Ellora

Ellora is one of the largest rock-cut monastery temple caves complexes in the world, and a UNESCO World Heritage Site in Maharashtra, India. The site presents monuments and artwork of Buddhism, Hinduism and Jainism. The caves at Ellora were carved out of the vertical face of the Charanandri hills between the 6th and 10th centuries.

The coexistence of structures from three different religions serves as a splendid visual representation of the prevalent religious tolerance of India. There are 34 caves in all: 12 Buddhist caves, 17 Hindu caves and 5 Jain caves. The caves are numbered roughly chronologically, starting with the oldest Buddhist caves at the south end. The Ellora caves are also known as ‘Verul Leni’ and are located at a distance of about 30 km from Aurangabad. During the monsoon season, the caves appear even more beautiful and so people throng the caves in large numbers to take a glimpse of Mother Nature in full bloom.

Weather

Surrounded by a lush green valley, Ellora has pleasant weather all around the year. From the month of March till May, summer season remains hot and humid. The average temperature lies in the range of 21°C to 35°C but can rise up to a maximum of 42°C.

During Monsoon Season, Max temperature remains around 35°C.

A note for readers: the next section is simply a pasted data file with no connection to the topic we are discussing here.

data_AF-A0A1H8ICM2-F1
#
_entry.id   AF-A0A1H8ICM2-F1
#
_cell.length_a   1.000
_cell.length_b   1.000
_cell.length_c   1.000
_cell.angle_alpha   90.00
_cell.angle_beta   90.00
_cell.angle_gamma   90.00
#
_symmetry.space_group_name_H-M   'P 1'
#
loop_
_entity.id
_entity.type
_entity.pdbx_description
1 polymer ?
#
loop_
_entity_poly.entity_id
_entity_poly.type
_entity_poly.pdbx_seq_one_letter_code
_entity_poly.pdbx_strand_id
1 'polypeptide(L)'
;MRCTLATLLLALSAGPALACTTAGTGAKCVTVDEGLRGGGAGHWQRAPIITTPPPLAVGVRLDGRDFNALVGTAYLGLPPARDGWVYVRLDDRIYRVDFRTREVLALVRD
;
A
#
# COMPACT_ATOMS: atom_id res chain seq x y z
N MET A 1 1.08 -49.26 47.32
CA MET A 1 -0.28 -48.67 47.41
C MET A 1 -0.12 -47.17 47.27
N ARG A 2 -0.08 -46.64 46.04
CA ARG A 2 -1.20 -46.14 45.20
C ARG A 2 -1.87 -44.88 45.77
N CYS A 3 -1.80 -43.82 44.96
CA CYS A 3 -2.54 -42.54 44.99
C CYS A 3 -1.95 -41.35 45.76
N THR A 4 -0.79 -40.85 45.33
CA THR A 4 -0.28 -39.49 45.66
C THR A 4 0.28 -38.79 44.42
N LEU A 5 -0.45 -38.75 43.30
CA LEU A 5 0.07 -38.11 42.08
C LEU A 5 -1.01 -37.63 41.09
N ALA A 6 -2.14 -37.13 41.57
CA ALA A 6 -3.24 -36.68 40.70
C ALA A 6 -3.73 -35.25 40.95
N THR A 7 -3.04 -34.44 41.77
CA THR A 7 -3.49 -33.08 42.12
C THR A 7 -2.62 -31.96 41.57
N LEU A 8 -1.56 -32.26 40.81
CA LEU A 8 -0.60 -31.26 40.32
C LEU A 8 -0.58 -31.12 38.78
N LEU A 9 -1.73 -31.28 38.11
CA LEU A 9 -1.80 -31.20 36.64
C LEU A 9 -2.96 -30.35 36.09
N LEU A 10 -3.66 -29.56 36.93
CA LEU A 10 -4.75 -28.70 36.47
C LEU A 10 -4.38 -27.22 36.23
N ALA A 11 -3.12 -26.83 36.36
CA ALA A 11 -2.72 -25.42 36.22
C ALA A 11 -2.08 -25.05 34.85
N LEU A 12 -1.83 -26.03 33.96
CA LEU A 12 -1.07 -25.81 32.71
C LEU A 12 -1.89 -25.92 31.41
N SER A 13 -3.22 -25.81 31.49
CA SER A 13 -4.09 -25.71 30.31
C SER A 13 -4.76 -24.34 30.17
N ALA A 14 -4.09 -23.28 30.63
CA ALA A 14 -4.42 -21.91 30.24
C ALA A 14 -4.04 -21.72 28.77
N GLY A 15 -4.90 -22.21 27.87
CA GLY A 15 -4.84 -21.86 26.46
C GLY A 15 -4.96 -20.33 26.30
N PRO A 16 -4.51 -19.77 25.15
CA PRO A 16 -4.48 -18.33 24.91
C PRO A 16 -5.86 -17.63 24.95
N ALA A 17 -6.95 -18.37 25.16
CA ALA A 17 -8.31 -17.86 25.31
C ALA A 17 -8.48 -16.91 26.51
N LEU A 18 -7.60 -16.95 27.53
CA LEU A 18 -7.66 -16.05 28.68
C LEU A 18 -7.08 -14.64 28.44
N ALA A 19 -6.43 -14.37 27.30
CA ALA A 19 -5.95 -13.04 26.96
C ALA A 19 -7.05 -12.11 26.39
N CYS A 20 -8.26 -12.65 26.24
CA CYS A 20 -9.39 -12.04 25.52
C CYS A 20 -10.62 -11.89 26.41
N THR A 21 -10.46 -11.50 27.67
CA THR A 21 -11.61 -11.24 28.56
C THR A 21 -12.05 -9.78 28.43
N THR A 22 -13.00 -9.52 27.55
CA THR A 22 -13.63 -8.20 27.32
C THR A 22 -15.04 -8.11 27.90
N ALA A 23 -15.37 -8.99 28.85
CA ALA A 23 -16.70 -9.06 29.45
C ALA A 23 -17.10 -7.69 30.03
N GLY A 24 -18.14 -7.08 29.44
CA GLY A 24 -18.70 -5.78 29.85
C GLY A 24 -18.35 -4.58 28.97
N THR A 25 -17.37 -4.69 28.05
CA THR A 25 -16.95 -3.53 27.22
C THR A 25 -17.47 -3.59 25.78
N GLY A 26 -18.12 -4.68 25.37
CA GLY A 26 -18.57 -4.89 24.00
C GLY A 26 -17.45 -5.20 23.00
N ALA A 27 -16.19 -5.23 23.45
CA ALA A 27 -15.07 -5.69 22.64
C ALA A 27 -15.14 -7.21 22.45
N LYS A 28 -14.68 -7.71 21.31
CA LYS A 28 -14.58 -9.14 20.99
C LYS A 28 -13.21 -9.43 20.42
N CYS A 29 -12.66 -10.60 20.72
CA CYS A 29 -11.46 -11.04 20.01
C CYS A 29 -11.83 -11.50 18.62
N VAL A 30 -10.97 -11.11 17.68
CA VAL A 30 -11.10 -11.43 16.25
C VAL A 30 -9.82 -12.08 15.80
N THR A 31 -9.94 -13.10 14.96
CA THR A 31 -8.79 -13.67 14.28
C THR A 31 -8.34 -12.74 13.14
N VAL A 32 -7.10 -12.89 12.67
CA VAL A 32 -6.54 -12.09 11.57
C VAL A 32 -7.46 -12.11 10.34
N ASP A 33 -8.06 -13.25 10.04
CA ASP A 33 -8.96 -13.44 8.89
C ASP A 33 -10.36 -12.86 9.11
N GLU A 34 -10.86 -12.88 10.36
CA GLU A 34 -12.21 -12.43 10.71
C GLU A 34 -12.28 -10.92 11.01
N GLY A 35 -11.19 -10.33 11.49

Winters season remains cold with the temperature reaching as low as 10°C. The preferable months to visit this site during winters will be from November to February. The best season to visit Ellora is during winters.

How to Reach

Chikalthana Airport of Aurangabad is the nearest airport to Ellora, it connects to other major cities of India. Regular flights from Jaipur, Mumbai, Pune, Delhi and Udaipur are available for Aurangabad and from there one can find a bus or a taxi to Ellora caves.

Apart from Aurangabad railway station, Jalgaon railway station is the closest railway station that is situated 59 km away from Ellora.

Key attractions/Sightseeing

Panchakki (Water Mill): To commemorate the Muslim saint, Baba Shah Muzaffar, Panchakki was built in 1624 A.D. The mill derives its name from a mill using water power for grinding corn.

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